State data security laws: Approximately a dozen states have enacted laws that require companies to implement reasonable cybersecurity safeguards for the personal information of the states’ residents. Typically, these laws are not terribly onerous, as they do not impose very specific requirements. The exceptions are Nevada’s law, which requires heightened protection for payment card information, and Massachusetts’ data security regulations, which requires specific types of safeguards.  Even in states that do not have specific data security laws, regulators or customers may be permitted to bring actions under state consumer protection laws which, like Section 5 of the FTC Act, prohibit unfair and deceptive trade practices.

Payment Card Industry standards: The major credit card labels require retailers and other organizations to comply with the Payment Card Industry Data Security Standard (PCI DSS), a detailed list of requirements for security of payment card information. Among the requirements are firewall configurations, access controls and network testing. If an organization experiences a breach of payment card information and is later found to have been noncompliant with PCI DSS, it may face significant fines. Moreover, a few states have incorporated some elements of PCS DSS into their statutes.

Contracts: Companies may promise certain data security safeguards in their contracts with business partners. If the companies fail to adhere to these promises, they could face breach-of-contract lawsuits. Moreover, if a company fails to provide the data security that it promises in its privacy policy or other representation to customers, it may face a successful breach of contract lawsuit from a consumer.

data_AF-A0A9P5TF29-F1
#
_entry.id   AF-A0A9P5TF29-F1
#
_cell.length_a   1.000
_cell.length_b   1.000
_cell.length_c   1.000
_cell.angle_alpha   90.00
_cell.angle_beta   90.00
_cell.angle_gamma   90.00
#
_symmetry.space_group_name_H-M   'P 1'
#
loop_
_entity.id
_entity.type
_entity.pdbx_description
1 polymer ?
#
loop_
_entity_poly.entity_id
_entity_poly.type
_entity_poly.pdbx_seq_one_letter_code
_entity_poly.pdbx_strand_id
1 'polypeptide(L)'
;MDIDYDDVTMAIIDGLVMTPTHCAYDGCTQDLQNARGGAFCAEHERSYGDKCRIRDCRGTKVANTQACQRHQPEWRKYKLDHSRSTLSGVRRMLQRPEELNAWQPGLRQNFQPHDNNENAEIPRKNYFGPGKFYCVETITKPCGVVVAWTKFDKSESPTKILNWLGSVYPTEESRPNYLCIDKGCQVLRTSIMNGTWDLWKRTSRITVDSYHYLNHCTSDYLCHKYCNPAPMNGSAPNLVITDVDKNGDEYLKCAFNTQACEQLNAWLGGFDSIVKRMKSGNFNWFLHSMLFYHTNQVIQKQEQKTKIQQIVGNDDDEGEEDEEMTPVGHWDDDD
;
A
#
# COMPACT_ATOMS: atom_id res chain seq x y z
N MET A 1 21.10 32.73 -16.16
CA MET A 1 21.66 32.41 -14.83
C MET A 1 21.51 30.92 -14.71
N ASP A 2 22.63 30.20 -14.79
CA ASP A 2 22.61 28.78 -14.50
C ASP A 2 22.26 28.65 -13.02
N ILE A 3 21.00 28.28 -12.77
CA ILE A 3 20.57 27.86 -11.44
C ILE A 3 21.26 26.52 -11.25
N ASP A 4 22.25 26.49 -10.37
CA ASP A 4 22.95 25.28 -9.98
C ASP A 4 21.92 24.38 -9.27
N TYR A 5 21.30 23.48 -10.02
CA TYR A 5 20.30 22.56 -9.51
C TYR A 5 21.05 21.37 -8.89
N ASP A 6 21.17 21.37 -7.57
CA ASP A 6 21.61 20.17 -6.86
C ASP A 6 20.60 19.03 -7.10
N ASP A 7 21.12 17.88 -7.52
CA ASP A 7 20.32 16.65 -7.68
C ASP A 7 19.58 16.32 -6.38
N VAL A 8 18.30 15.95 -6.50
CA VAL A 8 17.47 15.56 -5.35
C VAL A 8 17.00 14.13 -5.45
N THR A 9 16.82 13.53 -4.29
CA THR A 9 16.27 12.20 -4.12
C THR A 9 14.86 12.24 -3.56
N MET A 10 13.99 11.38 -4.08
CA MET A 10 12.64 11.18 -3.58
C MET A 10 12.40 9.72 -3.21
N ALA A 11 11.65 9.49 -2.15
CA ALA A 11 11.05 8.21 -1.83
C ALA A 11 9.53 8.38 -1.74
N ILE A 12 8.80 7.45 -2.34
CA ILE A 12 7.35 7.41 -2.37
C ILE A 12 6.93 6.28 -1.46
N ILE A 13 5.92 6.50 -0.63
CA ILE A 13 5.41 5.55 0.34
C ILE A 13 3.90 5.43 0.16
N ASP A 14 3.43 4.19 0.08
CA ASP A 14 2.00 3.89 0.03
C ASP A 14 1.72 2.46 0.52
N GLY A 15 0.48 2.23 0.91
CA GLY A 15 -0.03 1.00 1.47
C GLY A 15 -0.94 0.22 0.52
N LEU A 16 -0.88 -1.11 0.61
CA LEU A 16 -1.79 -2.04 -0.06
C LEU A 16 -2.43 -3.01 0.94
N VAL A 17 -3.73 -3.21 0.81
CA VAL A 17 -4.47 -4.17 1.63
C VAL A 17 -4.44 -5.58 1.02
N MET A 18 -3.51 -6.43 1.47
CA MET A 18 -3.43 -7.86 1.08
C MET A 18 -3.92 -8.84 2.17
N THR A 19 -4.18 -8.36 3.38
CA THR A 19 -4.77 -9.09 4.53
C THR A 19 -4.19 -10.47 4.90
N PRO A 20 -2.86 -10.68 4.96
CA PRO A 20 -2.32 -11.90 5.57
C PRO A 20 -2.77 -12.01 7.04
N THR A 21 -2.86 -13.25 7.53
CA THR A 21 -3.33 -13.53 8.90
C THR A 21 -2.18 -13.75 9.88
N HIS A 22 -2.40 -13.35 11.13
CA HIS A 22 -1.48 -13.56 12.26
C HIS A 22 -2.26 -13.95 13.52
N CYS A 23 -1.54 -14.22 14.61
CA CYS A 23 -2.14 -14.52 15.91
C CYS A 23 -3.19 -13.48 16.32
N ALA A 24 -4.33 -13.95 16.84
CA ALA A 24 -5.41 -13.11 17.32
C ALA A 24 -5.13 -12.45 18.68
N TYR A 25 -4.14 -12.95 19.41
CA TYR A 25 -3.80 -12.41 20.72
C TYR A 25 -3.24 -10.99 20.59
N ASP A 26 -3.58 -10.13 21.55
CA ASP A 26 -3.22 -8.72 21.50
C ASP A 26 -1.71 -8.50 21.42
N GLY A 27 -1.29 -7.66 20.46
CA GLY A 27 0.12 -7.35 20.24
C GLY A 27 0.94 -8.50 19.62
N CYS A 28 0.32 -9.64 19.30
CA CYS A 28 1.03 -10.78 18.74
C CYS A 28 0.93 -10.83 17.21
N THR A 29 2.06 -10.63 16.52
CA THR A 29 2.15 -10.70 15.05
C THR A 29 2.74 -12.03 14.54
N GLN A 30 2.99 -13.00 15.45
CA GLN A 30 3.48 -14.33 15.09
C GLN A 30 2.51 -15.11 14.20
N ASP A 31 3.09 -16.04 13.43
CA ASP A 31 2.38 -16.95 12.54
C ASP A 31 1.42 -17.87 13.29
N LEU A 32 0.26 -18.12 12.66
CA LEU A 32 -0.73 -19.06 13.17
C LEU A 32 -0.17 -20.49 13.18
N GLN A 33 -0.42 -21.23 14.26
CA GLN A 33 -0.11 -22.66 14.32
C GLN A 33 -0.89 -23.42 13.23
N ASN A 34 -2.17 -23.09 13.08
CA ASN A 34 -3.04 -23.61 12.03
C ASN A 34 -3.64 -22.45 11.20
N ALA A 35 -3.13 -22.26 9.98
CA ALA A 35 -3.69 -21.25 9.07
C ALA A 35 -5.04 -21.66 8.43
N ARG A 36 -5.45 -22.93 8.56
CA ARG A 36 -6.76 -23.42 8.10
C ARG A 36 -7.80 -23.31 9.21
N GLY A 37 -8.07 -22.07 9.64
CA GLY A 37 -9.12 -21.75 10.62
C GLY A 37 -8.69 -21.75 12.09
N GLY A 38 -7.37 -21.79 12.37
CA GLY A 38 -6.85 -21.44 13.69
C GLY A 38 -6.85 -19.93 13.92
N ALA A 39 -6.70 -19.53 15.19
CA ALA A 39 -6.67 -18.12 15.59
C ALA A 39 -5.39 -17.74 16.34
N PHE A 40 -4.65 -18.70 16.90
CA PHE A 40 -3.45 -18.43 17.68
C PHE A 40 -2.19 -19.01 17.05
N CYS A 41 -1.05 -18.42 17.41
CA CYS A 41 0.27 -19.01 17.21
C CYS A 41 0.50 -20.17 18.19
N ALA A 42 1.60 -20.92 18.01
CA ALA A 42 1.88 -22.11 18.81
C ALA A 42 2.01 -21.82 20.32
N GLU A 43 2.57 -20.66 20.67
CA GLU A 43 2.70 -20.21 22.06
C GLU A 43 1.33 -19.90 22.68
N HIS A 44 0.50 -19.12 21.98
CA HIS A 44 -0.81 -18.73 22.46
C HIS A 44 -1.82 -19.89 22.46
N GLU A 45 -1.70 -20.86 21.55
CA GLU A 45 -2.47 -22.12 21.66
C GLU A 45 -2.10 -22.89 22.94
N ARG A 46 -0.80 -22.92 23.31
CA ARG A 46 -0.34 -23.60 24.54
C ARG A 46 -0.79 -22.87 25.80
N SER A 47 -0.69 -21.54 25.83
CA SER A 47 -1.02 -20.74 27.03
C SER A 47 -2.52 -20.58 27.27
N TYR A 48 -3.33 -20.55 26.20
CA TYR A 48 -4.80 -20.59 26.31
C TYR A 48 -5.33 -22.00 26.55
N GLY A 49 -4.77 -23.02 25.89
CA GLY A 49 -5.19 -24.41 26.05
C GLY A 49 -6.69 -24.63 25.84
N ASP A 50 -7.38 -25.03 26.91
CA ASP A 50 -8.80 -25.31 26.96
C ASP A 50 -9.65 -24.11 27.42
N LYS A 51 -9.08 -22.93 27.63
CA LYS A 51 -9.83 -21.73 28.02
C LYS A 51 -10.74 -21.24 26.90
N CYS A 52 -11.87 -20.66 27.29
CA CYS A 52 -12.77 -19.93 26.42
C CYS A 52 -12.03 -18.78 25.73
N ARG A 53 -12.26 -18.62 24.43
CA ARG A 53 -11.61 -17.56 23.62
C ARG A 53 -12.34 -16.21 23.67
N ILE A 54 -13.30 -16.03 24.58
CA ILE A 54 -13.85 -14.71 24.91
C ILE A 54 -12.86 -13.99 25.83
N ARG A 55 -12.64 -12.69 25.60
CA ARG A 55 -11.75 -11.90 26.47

Negligence: Just as a customer can sue a company for negligence after a slip-and-fall in a store, the customer also can sue if inadequate data security practices led to a data breach that exposed the customer’s information. The customer would have to demonstrate that the company failed to perform its duty to reasonably safeguard the customer’s information and that this failure was a reasonably foreseeable cause of the data breach. The customer also would need to demonstrate that the breach harmed the customer. Defendants often argue that data breaches alone—without any evidence of identity theft—are not sufficient to support negligence lawsuits.

Shareholder derivative lawsuits:  Directors and executives of publicly traded companies also can face derivative lawsuits from shareholders who claim that their failure to maintain adequate data security led to data breaches, which financially harmed the companies and, subsequently, the shareholders. In recent years Target, Wyndham Hotels and Home Depot have faced such derivative suits after high-profile data breaches. Separately, publicly traded companies should keep in mind that the Securities and Exchange Commission expects them to disclose cybersecurity risks in their annual reports.

This articles is not meant to provide an exhaustive description of every possible liability after a data breach; instead, it provides a summary of some of the most common risks. Companies that handle particularly sensitive information such as health data, children’s personal information, and banking information may face even more stringent requirements. 

Moreover, it is difficult to predict with certainty the success such actions, primarily because there have been so few published court decisions arising from cybersecurity and data breaches. It's likely there will be more clarity on many of these issues in the next decade as the number of breaches— and lawsuits—leads to more concrete guidance from courts.

In next month’s installment, we’ll discuss the steps that companies can take to reduce the likelihood that internal communications and reports about cybersecurity and data breaches could be used against them in regulatory actions and lawsuits.

photo credit: Dell Women's Entrepreneur Network 2014 - Austin via photopin (license)